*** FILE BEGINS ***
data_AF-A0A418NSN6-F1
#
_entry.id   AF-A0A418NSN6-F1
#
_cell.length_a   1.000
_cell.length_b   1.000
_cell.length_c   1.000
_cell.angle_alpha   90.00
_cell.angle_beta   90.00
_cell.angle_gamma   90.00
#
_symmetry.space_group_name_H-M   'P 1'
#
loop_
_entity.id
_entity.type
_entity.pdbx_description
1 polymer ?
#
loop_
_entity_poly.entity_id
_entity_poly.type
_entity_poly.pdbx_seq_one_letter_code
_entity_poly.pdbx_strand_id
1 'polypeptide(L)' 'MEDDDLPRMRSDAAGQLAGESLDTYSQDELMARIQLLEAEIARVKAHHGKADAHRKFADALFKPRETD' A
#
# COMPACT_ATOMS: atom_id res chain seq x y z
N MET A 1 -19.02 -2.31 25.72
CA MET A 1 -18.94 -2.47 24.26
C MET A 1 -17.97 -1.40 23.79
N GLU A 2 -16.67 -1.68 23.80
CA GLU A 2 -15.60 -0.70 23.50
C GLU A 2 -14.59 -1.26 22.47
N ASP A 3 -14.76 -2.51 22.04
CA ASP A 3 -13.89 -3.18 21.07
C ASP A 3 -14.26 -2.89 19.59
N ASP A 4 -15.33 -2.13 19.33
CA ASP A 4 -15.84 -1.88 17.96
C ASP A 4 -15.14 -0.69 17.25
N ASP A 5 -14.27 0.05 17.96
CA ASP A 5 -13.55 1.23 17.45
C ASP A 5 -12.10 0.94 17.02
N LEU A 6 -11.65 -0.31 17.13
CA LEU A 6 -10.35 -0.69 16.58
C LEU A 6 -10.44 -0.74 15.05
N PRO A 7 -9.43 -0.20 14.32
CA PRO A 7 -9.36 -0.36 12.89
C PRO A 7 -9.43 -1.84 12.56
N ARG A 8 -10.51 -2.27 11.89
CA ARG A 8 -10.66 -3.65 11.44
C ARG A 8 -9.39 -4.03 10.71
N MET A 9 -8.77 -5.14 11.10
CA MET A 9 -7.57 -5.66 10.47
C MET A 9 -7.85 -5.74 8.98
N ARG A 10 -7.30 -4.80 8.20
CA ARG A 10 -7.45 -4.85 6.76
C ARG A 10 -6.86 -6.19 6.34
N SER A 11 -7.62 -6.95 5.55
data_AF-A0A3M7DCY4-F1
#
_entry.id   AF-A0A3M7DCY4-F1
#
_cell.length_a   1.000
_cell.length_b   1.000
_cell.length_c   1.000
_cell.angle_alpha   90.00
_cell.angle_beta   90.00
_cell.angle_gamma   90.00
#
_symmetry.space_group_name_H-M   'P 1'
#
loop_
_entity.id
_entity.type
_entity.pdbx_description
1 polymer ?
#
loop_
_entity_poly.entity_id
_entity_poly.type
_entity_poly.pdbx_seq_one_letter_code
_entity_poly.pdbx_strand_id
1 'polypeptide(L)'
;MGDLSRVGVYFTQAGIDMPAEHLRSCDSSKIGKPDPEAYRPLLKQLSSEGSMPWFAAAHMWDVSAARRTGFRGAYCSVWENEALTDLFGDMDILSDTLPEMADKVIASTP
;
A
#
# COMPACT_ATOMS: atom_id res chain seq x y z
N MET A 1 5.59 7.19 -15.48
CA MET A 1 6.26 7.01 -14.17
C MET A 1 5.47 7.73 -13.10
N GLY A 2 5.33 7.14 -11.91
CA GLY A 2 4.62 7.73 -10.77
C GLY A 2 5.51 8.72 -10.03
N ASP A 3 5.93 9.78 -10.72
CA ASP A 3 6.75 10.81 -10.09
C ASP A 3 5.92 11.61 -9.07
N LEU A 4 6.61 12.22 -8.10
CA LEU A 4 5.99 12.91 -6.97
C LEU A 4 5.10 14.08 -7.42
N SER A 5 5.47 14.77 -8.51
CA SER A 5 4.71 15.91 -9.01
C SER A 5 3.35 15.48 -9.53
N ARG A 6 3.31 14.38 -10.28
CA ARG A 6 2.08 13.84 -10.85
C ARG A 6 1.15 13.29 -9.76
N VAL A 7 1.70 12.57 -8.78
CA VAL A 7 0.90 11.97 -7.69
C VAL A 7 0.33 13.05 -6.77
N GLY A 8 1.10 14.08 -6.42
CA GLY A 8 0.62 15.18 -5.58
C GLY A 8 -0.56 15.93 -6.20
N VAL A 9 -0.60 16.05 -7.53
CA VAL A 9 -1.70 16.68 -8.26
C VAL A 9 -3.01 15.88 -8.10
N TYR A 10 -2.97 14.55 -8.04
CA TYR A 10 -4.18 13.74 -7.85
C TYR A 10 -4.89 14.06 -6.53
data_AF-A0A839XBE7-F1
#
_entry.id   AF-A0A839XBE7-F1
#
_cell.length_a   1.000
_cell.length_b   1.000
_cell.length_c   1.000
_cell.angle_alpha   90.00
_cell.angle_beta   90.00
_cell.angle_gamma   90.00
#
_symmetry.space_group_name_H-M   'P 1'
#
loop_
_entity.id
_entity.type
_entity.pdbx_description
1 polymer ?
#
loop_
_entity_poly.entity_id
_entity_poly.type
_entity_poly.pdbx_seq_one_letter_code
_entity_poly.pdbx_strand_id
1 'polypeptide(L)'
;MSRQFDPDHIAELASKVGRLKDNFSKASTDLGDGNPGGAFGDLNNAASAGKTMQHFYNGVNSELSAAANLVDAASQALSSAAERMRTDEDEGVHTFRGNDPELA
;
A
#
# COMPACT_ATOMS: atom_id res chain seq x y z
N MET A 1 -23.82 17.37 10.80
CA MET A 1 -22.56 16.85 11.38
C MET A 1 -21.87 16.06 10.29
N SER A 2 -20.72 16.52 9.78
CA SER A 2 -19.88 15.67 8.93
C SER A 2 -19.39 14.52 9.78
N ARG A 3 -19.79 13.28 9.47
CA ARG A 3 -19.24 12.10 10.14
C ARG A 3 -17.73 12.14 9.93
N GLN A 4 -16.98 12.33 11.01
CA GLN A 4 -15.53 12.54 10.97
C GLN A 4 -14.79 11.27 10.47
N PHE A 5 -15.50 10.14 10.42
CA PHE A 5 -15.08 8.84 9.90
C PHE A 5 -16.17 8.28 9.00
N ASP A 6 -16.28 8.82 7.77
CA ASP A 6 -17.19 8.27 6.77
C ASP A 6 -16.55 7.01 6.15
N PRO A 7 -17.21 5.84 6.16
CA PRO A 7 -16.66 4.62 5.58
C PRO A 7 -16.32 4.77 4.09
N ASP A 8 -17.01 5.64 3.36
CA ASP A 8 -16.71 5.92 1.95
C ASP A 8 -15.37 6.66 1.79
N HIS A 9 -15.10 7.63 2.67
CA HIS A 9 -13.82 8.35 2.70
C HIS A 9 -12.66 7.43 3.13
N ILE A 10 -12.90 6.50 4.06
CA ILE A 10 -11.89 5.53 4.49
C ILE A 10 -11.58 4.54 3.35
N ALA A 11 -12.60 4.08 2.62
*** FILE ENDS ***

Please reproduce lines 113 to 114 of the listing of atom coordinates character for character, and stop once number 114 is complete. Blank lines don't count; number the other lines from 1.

N VAL A 9 -0.60 16.05 -7.53
CA VAL A 9 -1.70 16.68 -8.26